JAG’s Workshop Room (previous Project Space) is currently activated as part of Youth Day educational workshops. The room, painted in black chalkboard paint, is a space for students to see historical photographs from 16 June 1976, but the space is also theirs, an interactive space where students are encouraged to write their own opinions and ideas on the walls of the gallery. The Workshop Room is also a great collaborative tool, a means to allow students access to established artists in an informal way. On Youth Day the film The People versus the Rainbow Nation, directed by Lebogang Rasethaba about the #feesmustfall movement will be screened in the space for a large group of students, which should spark debate around the political history of education and the current fight for free education.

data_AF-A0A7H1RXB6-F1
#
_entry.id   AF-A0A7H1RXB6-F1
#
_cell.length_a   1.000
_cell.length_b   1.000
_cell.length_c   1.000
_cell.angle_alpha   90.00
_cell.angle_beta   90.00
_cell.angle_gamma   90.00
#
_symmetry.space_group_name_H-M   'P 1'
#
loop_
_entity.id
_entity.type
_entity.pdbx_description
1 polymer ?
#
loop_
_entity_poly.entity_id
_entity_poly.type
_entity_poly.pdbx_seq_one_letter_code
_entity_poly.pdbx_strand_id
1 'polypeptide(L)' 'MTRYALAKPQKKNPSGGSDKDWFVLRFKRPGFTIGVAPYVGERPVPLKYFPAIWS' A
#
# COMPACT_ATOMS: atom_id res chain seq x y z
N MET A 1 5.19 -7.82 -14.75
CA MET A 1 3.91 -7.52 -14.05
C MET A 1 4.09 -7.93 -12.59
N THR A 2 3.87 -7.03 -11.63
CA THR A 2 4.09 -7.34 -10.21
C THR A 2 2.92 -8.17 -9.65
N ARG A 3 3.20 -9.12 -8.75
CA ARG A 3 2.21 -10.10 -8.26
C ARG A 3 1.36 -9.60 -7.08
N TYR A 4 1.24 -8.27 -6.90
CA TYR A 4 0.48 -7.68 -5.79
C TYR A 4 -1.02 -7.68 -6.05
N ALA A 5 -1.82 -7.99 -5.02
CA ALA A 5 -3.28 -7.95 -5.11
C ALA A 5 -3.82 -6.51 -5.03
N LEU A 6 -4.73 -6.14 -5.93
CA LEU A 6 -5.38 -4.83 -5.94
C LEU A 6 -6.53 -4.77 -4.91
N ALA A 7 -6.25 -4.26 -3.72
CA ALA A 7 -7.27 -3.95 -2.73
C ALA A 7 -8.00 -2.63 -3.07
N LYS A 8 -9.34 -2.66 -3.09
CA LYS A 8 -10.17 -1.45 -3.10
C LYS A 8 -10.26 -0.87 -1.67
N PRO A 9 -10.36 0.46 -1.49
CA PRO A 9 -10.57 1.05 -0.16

While JAG negotiates the complexities faced by all museum spaces in South Africa, it is further complicated by its geographical location. Often confused as a police station by passers by and locals of the area (the entrance has been co-opted by Metro Police who seem to have their daily exercises, training and debriefings there), the gallery can appear invisible to contemporary society. However, these apparent small steps taken to engage the children in the area and to draw in the youth to admire young artists just like them, could be seen as giant steps towards rethinking the purpose of the museum in this country.